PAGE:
Look anywhere, at politicians, journalists, ignorantes, even in some of the comments here on The Green Optimistic, and you’ll find electric vehicle opponents.
One place I wouldn’t expect have expected to see an opponent, however, comes from a recent ad campaign touting Lexus’ and, by extension, Toyota’s hybrid electric vehicles. Toyota Synergy Drive and Lexus Hybrid Drive are, indeed, the most advanced on the planet, but the ad campaign doesn’t focus on those facts. Instead, Lexus focuses on some classic electric vehicle opponent hype. It’s bad enough that this hype is already out there, “Electric vehicles are environmental abominations” (they’re not), and “Electric vehicles take ‘forever’ to recharge” (they don’t).
I’m not sure who came up with this ad campaign, but I believe that Lexus dropped the ball when they approved this trash…
Statements inferring that “electric vehicles need four hours to recharge” and “no charging means more driving” just don’t belong on the market. Studies have shown that most charging takes place when drivers are asleep or at work, and there’s no driving going on at those times, so an LII EV charging station doesn’t impact the owner in the least. Public-access fast-charging stations, typically located at rest stops and near convenience stores and restaurants, charge in about half-an-hour, meaning electric vehicle drivers are hardly “waiting around” for their cars to charge. Lexus says Lexus Hybrid Drive is the “proven way forward,” and I agree that hybrid electric vehicles are a good interim step, but are they the future? I believe Lexus dropped the ball on this one.
Image © Lexus
jpwhitehome LoneWolffe Bingo! Add an HFC to Volvo’s V60 Diesel PHEV. Run it on biodiesel and it’d be at least carbon neutral.
LoneWolffe jpwhitehome Adding a plug to a FCEV would do half of what you propose. Adding a Fuel Cell to a PHEV would do it all.
I agree with you that the two technologies will co-exist, it doesn’t have to be a battle to the death like VHS/Betamax.
jpwhitehome That’s what I’ve been noticing. Of course Toyota doesn’t want to see all its HFC R&D money go to waste, but ignoring a large portion of the market isn’t going to work out. I believe there is a place for both technologies, HFC and EV, but perhaps different segments. EV infrastructure is practically everywhere, and most people charge at home anyway. HFC infrastructure, at least until it gets cheaper to implement, will most likely be limited to fleet operations.
perhaps the best way forward is a combination of all three technologies, Plug-In Multi-Fuel Hybrid Electric Vehicle that can run on gasoline, hydrogen, or battery. The best of all worlds, but how much would it cost?
Toyota are not keen on battery electrics. They are committed to Hydrogen vehicles and are happy to try and harpoon the battery electrics until they can introduce hydrogen vehicles. They want to be sure battery electrics don’t get a hold in the marketplace so their hydrogen cars have a better chance of success. Even though hydrogen cars share the same basic electric drivetrain, they will underplay that fact and tout hydrogen as having the same characteristics as gas with regard to rapid refueling, but just cleaner.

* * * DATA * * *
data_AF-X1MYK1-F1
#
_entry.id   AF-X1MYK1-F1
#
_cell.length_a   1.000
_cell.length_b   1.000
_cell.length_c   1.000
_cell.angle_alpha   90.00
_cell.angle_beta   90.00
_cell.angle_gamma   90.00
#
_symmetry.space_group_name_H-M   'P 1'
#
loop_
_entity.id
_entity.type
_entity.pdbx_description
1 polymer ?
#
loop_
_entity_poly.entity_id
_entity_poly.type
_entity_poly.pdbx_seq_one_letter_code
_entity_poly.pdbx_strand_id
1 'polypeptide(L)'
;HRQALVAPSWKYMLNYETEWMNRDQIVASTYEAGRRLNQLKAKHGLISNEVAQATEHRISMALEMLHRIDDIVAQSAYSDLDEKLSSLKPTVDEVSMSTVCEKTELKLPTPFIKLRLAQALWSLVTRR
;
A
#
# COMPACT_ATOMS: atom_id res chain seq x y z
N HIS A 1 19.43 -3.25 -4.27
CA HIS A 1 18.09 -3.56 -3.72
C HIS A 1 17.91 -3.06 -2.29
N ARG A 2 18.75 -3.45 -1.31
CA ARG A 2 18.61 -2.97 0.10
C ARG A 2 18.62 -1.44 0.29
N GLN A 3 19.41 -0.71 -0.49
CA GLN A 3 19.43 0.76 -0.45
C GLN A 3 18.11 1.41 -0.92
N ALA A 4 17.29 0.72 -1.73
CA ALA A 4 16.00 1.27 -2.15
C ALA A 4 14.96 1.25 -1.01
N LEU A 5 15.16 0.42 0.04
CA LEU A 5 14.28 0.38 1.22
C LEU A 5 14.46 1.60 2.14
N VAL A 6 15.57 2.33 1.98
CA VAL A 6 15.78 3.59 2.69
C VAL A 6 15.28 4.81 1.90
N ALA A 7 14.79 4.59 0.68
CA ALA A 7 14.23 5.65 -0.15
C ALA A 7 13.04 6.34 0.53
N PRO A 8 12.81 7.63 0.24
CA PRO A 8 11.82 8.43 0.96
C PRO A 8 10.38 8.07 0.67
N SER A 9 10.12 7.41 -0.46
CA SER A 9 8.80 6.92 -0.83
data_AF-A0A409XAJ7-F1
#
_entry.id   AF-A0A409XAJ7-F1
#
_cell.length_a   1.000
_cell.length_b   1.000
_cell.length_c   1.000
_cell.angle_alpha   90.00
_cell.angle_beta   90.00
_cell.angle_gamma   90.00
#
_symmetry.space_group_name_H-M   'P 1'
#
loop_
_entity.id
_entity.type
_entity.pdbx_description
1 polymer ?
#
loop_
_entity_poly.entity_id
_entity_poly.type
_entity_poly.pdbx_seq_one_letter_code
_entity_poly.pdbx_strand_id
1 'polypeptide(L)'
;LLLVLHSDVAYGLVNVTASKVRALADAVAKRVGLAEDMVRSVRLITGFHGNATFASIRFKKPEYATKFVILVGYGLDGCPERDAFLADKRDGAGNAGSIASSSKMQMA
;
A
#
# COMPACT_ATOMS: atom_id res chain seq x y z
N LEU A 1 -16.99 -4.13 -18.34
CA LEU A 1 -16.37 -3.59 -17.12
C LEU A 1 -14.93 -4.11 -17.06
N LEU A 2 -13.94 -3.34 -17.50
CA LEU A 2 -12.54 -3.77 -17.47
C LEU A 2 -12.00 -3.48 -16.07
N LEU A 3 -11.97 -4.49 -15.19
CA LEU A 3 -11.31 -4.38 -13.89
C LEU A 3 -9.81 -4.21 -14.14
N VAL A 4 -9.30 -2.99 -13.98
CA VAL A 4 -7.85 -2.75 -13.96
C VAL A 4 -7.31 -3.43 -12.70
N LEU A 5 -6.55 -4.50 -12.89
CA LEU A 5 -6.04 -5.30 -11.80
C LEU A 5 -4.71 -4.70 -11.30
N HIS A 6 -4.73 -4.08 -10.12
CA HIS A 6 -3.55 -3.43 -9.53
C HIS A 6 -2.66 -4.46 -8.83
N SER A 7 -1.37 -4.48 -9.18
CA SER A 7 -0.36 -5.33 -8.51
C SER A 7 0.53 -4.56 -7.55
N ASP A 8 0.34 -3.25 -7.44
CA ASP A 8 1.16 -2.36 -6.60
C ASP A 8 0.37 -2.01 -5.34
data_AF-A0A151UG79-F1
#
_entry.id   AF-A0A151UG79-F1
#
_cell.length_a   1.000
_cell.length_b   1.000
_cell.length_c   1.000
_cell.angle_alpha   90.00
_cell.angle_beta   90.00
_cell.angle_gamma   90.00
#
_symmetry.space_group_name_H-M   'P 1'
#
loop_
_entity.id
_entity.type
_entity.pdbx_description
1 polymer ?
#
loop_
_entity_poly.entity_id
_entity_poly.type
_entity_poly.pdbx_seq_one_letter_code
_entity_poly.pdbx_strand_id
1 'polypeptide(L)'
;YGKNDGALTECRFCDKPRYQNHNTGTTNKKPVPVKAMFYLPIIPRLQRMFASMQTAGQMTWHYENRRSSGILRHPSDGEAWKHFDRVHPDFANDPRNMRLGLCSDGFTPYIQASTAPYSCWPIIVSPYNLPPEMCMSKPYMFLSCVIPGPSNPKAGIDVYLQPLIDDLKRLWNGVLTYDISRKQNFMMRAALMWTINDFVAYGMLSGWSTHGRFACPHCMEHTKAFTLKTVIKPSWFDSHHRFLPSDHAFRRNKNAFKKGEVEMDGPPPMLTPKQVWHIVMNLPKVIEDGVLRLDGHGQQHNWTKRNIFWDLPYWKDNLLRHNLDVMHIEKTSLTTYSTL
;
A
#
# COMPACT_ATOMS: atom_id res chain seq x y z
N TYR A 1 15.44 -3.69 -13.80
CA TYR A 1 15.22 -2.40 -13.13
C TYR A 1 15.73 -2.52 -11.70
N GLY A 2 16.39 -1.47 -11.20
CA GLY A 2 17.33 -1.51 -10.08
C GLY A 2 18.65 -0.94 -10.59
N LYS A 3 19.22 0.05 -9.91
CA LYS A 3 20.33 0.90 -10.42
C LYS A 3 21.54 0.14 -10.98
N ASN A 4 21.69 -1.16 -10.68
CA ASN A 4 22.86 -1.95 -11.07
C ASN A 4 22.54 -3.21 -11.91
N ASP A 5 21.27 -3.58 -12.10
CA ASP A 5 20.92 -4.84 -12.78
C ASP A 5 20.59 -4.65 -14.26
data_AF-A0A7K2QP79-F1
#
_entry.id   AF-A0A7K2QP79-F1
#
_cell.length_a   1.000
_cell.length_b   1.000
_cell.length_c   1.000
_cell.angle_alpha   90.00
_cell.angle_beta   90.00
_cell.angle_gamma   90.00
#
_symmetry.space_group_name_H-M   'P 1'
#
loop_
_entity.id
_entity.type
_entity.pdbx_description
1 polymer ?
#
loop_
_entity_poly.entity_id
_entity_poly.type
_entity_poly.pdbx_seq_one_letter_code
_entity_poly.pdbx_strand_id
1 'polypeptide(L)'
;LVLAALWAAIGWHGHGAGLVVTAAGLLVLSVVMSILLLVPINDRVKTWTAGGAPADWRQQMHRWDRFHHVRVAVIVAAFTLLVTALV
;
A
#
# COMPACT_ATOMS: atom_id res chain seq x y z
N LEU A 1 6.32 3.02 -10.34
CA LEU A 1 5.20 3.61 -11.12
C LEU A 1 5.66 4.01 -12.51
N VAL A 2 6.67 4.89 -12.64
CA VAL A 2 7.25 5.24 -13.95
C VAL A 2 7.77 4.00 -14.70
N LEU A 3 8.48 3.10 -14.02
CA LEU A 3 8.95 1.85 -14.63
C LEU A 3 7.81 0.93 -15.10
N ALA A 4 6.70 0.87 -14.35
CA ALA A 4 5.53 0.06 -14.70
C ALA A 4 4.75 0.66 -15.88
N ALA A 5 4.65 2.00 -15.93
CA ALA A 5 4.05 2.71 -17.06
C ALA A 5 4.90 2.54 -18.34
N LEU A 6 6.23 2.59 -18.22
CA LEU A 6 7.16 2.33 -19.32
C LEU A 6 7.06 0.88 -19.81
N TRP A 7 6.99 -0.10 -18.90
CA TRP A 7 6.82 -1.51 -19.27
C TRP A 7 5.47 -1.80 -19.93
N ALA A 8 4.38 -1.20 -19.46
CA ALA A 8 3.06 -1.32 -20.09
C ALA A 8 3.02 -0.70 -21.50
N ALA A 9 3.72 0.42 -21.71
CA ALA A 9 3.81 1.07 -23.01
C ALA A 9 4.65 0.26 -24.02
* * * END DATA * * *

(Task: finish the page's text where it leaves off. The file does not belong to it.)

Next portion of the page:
awesomeepicguy123 If I was high… nahhh. Yes, Lexus and Toyota hybrid system is the most-advanced in the world, coupled with great conventional vehicle technology, and I’m not putting them down for that, not in the least! Hybrid electric vehicles offer the best available and most viable at the moment, but it won’t last forever.
On the other hand, they really shouldn’t be shooting themselves in the foot by putting down the supposed “limitations” of electric vehicles. The future of transportation is going to require zero emissions technology, and hybrid electric vehicles are not ZEVs.
I believe I mentioned these points in my article.
Since there are: 1) Full-time EV, plug-ins (Tesla); 2) Full-time
EV, Plug-ins w/gasoline on-board engine generators (Caddy ELR); and 3) Typical
Hybrids alternating EV/Gas engines, Lexus/Toyota is guilty of typical deceptive
advertising. Sour Grapes on the deception, but the obvious deception is
probably not apparent to the casual or prospective EV vs Hybrid consumer.
Moreover, this simply takes a swipe at all “plug-ins”
and, since they mentioned “luxury” and “SUV”, in particular
Tesla (with it’s upcoming SUV) and Cadillac ELR/Volt. Notice that the ad
first mentions “luxury”, which to me targets the $85-100k market
(which is exorbitant, but the going price for any luxury plug-in). With
the overall quality of Lexus/Toyota, in general, they make a strong point,
especially since you can get the same sexy “technology packages” in
the Lexus as available in the $85-$100k plug-ins.
What’s funny to me is, I own a 2013 Lincoln MKZ Hybrid, which is
a true “luxury” Hybrid that’s priced at less than half (MSRP $35k) of
the Tesla/Caddy duo – but certainly, because it’s a typical non plug-in Hybrid,
it escapes the ridicule of the Lexus ad. What’s even funnier is, that the
joke’s really on me, because under the skin it’s all licensed Toyota technology
– I supported Ford because compared to G.M. and Chrysler, they are
light years ahead in the domestic green car arena.
There’s absolutely nothing wrong with this ad, from what I see. You as
the author are misunderstanding the whole ad. It was an EXAMPLE that it
took 4 hours to charge an EV. Lexus DID emphasize how good their
technology is and how it dominates the market. Were you high on
something when you wrote this article? I have a feeling you were.